WASHINGTON (April 16, 1999) --The 1-800-311-4CCC movie line reviews Life for the week of April 16-22. Also included on the toll-free line is a review of Hoppity Goes to Town, this week's suggested home video for family viewing.
The 800 movie review line is a project of the Catholic Communication Campaign (CCC).
The April 16-22 list includes the following theater releases and their classifications according to moral suitability. Movies are evaluated according to artistic merit and moral suitability by the U.S. Bishops' Office for Film and Broadcasting.
- Never Been Kissed -- Because of implied affairs and sexual
references, a sex-education scene involving condoms and occasional profanity,
the U.S. Catholic Conference classification is A-III -- adults. The Motion
Picture Association of America rating is PG-13 -- parents are strongly
cautioned that some material may be inappropriate for children under 13. Never Been Kissed is a bogus romantic comedy in which 25-year old rookie
reporter Drew Barrymore goes undercover as a high school senior to write about
teen life and ends up reliving her adolescent insecurities before winning the
heart of her English teacher. Movie cliches and stereotypes abound, and
Barrymore's clunky performance further sinks the contrived coming-of-age tale.
- Life -- Because of some violence, mild sexual innuendo, intermittent profanity and recurring rough language, the U.S. Catholic Conference classification is A-III -- adults. The Motion Picture Association of America rating is R -- restricted. In Life, Eddie Murphy and Martin Lawrence spend six cantankerous decades stuck together on a Mississippi prison farm after being wrongly convicted of murder. The foul-mouthed comedians display some chemistry together but the bittersweet tale is often shapeless in its scattershot focus on racism and injustice.
- Goodbye Lover -- Because of its jokey treatment of murder and promiscuity, kinky sexual situations with nudity, some violence, recurring profanity and constant rough language, the U.S. Catholic Conference classification is O -- morally offensive. The Motion Picture Association of America rating is R -- restricted. Goodbye Lover is a tawdry comic thriller in which a faithless husband and wife (played by Dermot Mulroney and Patricia Arquette) conspire to murder his brother (played by Don Johnson) then turn on each other as a cynical police detective (played by Ellen DeGeneres) watches the body count mount. The humor is forced in this attempt to blend comedy with film noir and the smug ending is predictable.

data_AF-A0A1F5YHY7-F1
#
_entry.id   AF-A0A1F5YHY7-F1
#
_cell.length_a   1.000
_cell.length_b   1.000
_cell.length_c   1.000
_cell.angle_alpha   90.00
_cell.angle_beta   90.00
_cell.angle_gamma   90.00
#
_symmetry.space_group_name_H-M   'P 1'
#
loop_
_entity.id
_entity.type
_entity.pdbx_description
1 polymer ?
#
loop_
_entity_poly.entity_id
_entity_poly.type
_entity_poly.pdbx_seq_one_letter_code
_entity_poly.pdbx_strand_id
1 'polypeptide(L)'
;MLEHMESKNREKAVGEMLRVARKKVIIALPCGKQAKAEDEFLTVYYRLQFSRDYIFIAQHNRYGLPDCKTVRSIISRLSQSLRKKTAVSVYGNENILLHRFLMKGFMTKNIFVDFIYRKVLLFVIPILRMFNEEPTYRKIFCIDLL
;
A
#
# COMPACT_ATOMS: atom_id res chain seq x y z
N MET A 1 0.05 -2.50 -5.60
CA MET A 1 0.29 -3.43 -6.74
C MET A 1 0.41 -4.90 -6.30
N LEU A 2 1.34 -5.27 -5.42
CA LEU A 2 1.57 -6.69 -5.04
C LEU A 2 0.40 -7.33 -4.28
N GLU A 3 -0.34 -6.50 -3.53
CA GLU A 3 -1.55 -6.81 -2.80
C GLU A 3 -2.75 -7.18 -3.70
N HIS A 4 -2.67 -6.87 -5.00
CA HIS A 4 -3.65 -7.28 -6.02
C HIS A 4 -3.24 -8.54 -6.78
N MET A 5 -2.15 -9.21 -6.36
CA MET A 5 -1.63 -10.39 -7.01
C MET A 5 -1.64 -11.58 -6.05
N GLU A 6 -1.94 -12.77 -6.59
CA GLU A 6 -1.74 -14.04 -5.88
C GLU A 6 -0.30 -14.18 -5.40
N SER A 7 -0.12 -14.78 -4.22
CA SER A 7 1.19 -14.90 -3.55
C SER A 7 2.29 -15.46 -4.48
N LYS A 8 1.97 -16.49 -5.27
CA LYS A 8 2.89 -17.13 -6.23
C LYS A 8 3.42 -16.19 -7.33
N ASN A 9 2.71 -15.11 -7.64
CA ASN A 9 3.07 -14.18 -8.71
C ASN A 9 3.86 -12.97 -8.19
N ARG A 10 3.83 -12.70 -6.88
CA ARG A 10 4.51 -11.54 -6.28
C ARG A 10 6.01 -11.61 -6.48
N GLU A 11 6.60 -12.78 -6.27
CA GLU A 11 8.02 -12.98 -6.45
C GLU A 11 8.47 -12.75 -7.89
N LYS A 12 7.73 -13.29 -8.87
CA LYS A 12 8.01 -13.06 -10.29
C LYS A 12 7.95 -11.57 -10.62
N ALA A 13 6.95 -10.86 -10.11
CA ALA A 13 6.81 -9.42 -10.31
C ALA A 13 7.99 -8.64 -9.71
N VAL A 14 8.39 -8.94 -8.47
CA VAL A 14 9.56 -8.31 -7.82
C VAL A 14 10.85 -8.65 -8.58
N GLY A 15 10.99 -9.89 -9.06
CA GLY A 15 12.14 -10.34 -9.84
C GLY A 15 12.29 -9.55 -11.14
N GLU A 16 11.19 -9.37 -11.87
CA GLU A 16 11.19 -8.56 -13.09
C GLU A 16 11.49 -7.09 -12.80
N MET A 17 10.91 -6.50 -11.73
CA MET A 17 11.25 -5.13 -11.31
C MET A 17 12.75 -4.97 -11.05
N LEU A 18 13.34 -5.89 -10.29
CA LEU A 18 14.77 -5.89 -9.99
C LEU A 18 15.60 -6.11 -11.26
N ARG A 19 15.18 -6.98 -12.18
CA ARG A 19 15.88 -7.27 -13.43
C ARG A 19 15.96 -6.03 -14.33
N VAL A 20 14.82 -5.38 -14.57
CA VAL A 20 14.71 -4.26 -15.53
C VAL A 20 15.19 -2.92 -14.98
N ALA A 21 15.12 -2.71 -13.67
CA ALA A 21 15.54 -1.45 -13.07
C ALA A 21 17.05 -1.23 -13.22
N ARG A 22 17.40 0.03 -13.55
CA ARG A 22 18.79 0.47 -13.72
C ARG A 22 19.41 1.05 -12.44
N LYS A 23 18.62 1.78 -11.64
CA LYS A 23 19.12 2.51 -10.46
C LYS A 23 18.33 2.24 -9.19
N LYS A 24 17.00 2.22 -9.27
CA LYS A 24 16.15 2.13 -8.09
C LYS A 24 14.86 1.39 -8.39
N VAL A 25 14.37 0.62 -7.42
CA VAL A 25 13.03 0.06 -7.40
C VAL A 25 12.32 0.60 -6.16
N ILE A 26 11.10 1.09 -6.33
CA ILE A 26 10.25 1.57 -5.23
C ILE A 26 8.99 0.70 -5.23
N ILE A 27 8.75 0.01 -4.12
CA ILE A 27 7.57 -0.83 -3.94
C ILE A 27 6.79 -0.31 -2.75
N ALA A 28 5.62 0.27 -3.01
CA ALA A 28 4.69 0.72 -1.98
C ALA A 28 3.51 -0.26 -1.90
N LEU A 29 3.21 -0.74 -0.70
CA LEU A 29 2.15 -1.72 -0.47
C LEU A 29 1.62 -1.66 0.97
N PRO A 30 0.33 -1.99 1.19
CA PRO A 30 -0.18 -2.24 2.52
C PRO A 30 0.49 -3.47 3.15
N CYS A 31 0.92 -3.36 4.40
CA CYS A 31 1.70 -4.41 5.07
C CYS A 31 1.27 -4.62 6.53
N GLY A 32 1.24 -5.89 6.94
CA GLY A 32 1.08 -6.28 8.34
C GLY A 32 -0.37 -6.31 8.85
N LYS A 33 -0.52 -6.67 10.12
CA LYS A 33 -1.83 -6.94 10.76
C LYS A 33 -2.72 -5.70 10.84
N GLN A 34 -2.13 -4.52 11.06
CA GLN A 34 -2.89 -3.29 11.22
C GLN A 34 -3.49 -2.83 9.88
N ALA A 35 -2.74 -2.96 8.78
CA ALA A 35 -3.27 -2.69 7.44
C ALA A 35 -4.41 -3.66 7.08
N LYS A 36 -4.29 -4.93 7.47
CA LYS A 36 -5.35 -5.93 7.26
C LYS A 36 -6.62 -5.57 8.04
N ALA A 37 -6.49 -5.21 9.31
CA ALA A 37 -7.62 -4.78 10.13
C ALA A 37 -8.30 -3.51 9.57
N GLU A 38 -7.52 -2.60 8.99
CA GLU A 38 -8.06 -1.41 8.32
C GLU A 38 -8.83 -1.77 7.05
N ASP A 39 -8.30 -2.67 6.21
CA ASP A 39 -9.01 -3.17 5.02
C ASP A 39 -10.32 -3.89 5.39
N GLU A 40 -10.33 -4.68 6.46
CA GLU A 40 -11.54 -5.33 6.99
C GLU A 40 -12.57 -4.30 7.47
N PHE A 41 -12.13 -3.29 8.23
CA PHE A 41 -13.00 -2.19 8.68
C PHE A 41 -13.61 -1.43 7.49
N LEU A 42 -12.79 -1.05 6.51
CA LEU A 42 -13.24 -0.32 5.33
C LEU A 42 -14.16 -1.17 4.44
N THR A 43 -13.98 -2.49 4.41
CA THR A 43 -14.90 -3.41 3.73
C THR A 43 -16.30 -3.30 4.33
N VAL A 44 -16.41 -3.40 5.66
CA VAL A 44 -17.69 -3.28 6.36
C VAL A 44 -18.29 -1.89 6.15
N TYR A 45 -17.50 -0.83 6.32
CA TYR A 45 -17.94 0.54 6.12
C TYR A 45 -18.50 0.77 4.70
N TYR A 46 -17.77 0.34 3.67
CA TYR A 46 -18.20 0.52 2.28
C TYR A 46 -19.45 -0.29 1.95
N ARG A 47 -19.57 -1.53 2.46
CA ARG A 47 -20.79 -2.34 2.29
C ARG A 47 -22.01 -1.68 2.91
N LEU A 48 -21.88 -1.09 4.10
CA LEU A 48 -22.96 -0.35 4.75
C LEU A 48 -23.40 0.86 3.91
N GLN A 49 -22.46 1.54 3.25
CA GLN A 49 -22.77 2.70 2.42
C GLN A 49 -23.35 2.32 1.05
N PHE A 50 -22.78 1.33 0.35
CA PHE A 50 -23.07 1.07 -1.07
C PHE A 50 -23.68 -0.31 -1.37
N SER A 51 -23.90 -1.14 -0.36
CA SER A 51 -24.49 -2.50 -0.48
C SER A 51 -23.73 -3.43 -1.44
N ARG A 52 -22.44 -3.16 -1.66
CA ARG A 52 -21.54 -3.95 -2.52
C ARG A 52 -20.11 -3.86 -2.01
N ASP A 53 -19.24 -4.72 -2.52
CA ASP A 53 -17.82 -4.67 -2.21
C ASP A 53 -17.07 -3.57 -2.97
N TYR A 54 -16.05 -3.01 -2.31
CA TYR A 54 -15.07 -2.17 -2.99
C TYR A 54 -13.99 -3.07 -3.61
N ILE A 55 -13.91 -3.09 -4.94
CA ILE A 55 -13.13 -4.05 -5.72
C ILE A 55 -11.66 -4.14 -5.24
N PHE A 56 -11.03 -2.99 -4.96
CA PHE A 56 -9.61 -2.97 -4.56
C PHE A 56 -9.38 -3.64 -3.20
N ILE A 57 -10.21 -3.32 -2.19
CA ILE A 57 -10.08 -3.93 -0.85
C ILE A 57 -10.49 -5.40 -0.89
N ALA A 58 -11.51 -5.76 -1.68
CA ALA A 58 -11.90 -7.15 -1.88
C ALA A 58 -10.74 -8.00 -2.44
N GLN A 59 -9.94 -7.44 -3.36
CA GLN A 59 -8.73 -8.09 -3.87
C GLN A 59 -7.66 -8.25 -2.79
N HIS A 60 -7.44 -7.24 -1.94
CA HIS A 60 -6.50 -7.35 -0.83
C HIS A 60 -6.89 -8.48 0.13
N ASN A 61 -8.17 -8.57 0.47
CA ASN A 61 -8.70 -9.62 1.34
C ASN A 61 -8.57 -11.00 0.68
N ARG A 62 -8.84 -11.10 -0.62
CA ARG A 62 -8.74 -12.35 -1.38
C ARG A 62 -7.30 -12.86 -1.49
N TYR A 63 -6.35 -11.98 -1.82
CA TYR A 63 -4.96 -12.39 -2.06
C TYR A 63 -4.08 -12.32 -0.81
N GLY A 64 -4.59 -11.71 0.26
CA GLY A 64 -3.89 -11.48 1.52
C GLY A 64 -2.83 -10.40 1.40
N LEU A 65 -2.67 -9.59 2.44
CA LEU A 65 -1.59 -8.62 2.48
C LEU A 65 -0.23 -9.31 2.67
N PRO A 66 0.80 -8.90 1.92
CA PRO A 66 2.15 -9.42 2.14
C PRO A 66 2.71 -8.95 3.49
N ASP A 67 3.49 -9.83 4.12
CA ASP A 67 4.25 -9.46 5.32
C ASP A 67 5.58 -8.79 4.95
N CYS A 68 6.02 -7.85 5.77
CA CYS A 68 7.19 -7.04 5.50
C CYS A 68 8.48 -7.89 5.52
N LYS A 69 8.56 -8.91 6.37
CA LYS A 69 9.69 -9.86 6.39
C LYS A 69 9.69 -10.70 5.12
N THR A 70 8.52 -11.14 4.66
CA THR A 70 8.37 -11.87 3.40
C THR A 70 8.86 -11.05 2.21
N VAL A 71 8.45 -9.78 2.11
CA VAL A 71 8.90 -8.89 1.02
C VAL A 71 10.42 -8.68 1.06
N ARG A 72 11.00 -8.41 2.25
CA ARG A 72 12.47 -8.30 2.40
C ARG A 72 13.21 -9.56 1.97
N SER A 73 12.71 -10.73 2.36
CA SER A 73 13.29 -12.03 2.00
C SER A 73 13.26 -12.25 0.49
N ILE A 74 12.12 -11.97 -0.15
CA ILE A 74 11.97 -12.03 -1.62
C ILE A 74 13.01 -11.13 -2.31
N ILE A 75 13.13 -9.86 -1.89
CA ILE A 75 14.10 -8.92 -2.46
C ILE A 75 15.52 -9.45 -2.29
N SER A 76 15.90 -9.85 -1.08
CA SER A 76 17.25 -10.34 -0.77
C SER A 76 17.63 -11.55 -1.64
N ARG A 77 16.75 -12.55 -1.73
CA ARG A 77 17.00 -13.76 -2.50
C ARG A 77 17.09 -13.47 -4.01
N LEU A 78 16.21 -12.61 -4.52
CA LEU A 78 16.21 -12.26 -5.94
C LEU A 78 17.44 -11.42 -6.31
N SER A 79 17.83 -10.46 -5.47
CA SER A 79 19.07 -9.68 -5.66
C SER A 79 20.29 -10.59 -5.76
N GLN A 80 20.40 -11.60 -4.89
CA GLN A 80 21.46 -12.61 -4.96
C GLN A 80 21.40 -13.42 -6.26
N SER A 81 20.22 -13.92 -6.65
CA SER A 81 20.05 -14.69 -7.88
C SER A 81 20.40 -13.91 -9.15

- A Walk on the Moon -- Because of its theme of infidelity, fleeting violence, brief nudity and recreational drug use, some rough language and a few instances of profanity, the U.S. Catholic Conference classification is A-III -- adults. The Motion Picture Association of America rating is R -- restricted. A Walk on the Moon sensitively explores the effects of adultery on a Jewish family in 1969 when the husband (played by Liev Schrieber) discovers his wife (played by Diane Lane) is having an affair while spending the summer in the Catskills with her two children and mother-in-law. The drama presents credible characters forced to weigh marital commitment vs. personal fulfillment in the turbulent atmosphere of the late 60s.
- Go -- Because of recreational drug use, a multi-partner sexual
encounter, some nudity, brief violence, grand larceny, occasional profanity
and much rough language, the U.S. Catholic Conference classification is O --
morally offensive. The Motion Picture Association of America rating is R --
restricted. Go is a smirky comedy that divides its time between a smalltime drug deal
gone awry with near deadly consequences and a gambling jaunt to Las Vegas also
culminating in violence. The energetic but mindless comedy takes a benign
view of promiscuity, substance abuse and drug dealing.
- Cookie's Fortune -- Because of a suicide, an implied affair and some profanity, the U.S. Catholic Conference classification is A-III -- adults. The Motion Picture Association of America rating is PG-13 -- parents are strongly cautioned that some material may be inappropriate for children under 13. Cookie's Fortune is a droll Southern comedy of manners in which bossy spinster Glenn Close attempts to cover up the suicide of her aunt, resulting in the arrest of the aunt's devoted caretaker (played by Charles S. Dutton). The human dimension of the movie's quirky characters and their gently comic interactions provide steady charms.
The classifications are A-I - general patronage; A-II - adults and adolescents; A-III - adults; A-IV - adults, with reservations (an A-IV classification designates problematic films that, while not morally offensive in themselves, require caution and some analysis and explanation as a safeguard against wrong interpretations and false conclusions); O - morally offensive.
The movie reviews are produced by the U.S. Catholic Conference (USCC) Office for Film and Broadcasting, which each week provides full length movie reviews, brief capsules and film classifications of new theater releases.
Reviewers include Henry Herx, Director, and Gerri Pare, Associate Director, of the Film and Broadcasting Office, which is funded by the CCC.
The capsule reviews are available on the World Wide Web. They can be found on two sites: http://www.usccb.org and http://www.catholicdigest.org/stops/movies/index.html.
Full-length reviews of the above and other movies are available through America Online at the Catholic News Service site on AOL, and can be accessed by AOL members using the keyword, "CNS."